Retaining New Employees by Re-Imagining the Onboarding Process

Leadership | Engagement

Starting a new job is an exciting experience. It’s an opportunity to work with interesting people, contribute to a meaningful mission, build skills, and advance ones career. However, it can also be a time of uncertainty, apprehension, and self-doubt.

That’s why implementing a strong employee onboarding experience is significant. Done right, a strong onboarding experience acclimates employees to their job, welcomes them to a team, socializes the company’s values and philosophy, and highlights what the company has to offer.

Easy Come, Easy Go
In the last two years of remote work arrangements, building connections between new hires, their managers, and teammates has gotten very difficult. A New York Times analysis notes “more people are beginning and leaving new jobs without once seeing their colleagues face-to-face, leading to an easy-come, easy-go attitude toward workplaces.”

According to one employee HR survey, over 30% of recent hires leave new jobs within the first six months. According to another survey conducted by CareerBuilder and Silkroad Technology, 10% of respondents reported leaving a company because of a poor onboarding experience. 37% percent said their manager did not play a critical role in their onboarding experience support.

In an already challenging hiring environment where more than half of companies report persistent recruitment challenges, hiring managers should be asking questions like: “Do our new hires really get on board or do we risk them getting off at the next port of call?” How can we build deeper connections and shared experiences?

Cohort Learning Improves Onboarding Success
Simply put, cohort learning brings people with similar responsibilities or situations together to learn about a single subject. The process often includes team collaboration, peer reflection, and meeting senior managers. This approach supports individual development while helping managers socialize, nurture, and develop their talent.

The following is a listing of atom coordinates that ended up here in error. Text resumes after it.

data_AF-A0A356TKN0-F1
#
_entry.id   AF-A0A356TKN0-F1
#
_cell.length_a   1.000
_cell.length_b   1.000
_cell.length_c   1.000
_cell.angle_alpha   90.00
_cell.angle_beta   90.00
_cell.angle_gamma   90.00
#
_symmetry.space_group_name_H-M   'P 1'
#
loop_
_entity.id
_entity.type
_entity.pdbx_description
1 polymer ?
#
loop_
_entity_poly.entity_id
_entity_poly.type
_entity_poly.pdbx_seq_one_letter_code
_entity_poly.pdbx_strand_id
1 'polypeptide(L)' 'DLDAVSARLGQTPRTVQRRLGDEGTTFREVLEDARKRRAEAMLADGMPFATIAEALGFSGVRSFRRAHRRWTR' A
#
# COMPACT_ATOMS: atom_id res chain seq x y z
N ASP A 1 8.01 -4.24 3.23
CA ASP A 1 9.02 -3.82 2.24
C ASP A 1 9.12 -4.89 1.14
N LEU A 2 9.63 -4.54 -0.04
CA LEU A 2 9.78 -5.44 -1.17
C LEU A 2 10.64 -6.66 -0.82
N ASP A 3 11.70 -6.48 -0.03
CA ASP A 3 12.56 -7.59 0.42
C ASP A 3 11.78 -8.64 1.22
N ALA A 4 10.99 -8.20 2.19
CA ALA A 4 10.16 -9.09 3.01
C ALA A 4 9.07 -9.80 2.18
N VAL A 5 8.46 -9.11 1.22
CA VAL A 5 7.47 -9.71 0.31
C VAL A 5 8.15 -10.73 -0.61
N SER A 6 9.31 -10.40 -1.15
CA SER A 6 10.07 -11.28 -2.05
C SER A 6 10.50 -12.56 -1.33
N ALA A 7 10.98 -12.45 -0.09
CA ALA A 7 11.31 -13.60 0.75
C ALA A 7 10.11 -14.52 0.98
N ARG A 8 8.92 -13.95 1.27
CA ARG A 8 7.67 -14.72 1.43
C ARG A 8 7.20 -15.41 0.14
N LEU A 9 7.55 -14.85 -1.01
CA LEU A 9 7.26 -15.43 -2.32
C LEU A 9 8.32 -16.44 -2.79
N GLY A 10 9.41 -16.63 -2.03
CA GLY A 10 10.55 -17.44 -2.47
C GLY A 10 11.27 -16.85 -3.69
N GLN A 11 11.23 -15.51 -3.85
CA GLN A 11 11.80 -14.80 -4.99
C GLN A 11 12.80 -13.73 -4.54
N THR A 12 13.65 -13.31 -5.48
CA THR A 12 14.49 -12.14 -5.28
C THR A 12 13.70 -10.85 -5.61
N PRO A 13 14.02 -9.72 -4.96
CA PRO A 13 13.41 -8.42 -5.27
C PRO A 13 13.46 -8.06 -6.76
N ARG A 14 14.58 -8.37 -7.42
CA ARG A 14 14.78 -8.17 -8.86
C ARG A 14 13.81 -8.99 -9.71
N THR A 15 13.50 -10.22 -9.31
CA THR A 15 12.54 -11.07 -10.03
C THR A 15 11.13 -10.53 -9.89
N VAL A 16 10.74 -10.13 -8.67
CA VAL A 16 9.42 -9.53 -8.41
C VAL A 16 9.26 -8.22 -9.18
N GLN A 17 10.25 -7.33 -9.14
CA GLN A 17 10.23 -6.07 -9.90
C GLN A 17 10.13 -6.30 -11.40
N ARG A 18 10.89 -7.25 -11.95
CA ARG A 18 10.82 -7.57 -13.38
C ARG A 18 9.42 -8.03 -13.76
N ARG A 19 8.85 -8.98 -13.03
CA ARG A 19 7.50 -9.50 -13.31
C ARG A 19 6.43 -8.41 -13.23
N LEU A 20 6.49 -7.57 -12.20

Cohort learning is a strategy that can be applied to the orientation or employee onboarding process to produce better outcomes. It can help new employees make positive emotional connections to their managers and teammates as well as feel more connected to the company’s mission. This sets them up for success right away by attaining new relationships, skills, and insights.

Skill Development is a Key Ingredient
As the recent McKinsey Global Survey on workforce skills found, “Most respondents say that skill building (more than hiring, contracting, or redeploying employees) is the best way to close those [skill] gaps and that they have doubled down on their efforts to reskill or upskill employees since the pandemic began.” Of the specific skills that companies have prioritized, the largest increases align around emotional and social skills.

Interaction Associates has helped global companies learn how to work, lead, and meet better together for more than 50 years. We’ve outlined five foundational skills critical for new hire success that are well suited for cohort learning:

  • Effective Communication: Ranking as the most in-demand topic for new hires, communication skills like active listening, purposeful speaking, exchanging feedback are a sure bet for cohort learning, especially coupled with orientation subjects.
  • Work-Life Balance: In an increasingly remote or hybrid work environment, new hires want to know the boundaries. In a cohort, you can lay out expected routines such as work hours, technology usage, response times, and have the cohort explore the implications.
  • Day-to-Day Teamwork: New hires want to know how to get things done with others. Learning essential collaboration skills such as building agreements, reconciling differences, and engaging stakeholders in decision-making will provide them with a common language and toolkit for working with their new colleagues.
  • Effective Meetings: Ineffective meetings cost everyone valuable time, reduce the productivity of teams, and sabotage the bottom line. Every new employee will benefit from being able to guide meetings to successful outcomes, as a team member, facilitator, or meeting leader. Providing effective meeting training to new hires will pay off immediately.
  • Building Trust: Providing new managers with skills to conduct emotionally safe and effective conversations with direct reports and peers is a fast-track solution to trust and collaboration.

Done right, setting up new hires to learn practical skills with their peers, helps them build a meaningful connection to the organization, welcomes them to the team, and reduces the incidence of turnover.

Looking to improve your onboarding process and set your new hires up for success with skill development? Learn more about how Interaction Associates can help.

About Barry Rosen

The CEO of Interaction Associates, Barry consults with company leaders on how to empower people and teams to work across functions and other boundaries to get important things done. He leads the assembly of IA's collaboration tools and learning content, including programs on facilitative leadership, inclusive teams, and task-focused group facilitation.